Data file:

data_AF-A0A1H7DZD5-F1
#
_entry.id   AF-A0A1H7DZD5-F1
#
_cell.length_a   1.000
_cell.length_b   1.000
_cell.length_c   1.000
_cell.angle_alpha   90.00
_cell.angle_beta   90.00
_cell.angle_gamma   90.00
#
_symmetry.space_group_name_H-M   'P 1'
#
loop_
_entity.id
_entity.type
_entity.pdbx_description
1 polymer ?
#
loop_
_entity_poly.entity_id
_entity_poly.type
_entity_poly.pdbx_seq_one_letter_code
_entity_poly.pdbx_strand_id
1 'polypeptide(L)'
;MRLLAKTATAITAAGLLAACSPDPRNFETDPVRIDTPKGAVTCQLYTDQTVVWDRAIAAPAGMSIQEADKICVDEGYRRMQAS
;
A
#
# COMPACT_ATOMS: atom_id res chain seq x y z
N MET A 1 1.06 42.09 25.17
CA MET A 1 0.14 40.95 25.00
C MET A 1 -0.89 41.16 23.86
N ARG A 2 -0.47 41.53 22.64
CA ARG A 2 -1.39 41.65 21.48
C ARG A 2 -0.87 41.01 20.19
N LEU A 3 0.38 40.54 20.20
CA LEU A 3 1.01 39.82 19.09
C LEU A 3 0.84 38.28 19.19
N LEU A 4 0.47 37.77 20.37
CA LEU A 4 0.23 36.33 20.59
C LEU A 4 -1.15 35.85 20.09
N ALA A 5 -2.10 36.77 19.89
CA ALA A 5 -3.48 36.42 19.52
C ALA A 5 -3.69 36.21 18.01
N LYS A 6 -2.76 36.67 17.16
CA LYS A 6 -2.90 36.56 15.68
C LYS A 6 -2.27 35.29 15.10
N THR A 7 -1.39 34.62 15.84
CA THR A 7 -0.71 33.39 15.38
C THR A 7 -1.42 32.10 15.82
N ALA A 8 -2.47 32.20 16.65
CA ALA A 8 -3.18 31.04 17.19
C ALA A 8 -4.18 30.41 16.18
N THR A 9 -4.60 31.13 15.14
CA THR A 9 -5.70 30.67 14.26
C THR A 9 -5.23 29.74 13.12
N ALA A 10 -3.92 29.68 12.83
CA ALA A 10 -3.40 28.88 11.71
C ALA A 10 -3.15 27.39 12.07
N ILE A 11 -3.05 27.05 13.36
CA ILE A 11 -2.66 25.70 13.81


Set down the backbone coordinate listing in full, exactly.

data_AF-A0A1H7DZD5-F1
#
_entry.id   AF-A0A1H7DZD5-F1
#
_cell.length_a   1.000
_cell.length_b   1.000
_cell.length_c   1.000
_cell.angle_alpha   90.00
_cell.angle_beta   90.00
_cell.angle_gamma   90.00
#
_symmetry.space_group_name_H-M   'P 1'
#
loop_
_entity.id
_entity.type
_entity.pdbx_description
1 polymer ?
#
loop_
_entity_poly.entity_id
_entity_poly.type
_entity_poly.pdbx_seq_one_letter_code
_entity_poly.pdbx_strand_id
1 'polypeptide(L)'
;MRLLAKTATAITAAGLLAACSPDPRNFETDPVRIDTPKGAVTCQLYTDQTVVWDRAIAAPAGMSIQEADKICVDEGYRRMQAS
;
A
#
# COMPACT_ATOMS: atom_id res chain seq x y z
N MET A 1 1.06 42.09 25.17
CA MET A 1 0.14 40.95 25.00
C MET A 1 -0.89 41.16 23.86
N ARG A 2 -0.47 41.53 22.64
CA ARG A 2 -1.39 41.65 21.48
C ARG A 2 -0.87 41.01 20.19
N LEU A 3 0.38 40.54 20.20
CA LEU A 3 1.01 39.82 19.09
C LEU A 3 0.84 38.28 19.19
N LEU A 4 0.47 37.77 20.37
CA LEU A 4 0.23 36.33 20.59
C LEU A 4 -1.15 35.85 20.09
N ALA A 5 -2.10 36.77 19.89
CA ALA A 5 -3.48 36.42 19.52
C ALA A 5 -3.69 36.21 18.01
N LYS A 6 -2.76 36.67 17.16
CA LYS A 6 -2.90 36.56 15.68
C LYS A 6 -2.27 35.29 15.10
N THR A 7 -1.39 34.62 15.84
CA THR A 7 -0.71 33.39 15.38
C THR A 7 -1.42 32.10 15.82
N ALA A 8 -2.47 32.20 16.65
CA ALA A 8 -3.18 31.04 17.19
C ALA A 8 -4.18 30.41 16.18
N THR A 9 -4.60 31.13 15.14
CA THR A 9 -5.70 30.67 14.26
C THR A 9 -5.23 29.74 13.12
N ALA A 10 -3.92 29.68 12.83
CA ALA A 10 -3.40 28.88 11.71
C ALA A 10 -3.15 27.39 12.07
N ILE A 11 -3.05 27.05 13.36
CA ILE A 11 -2.66 25.70 13.81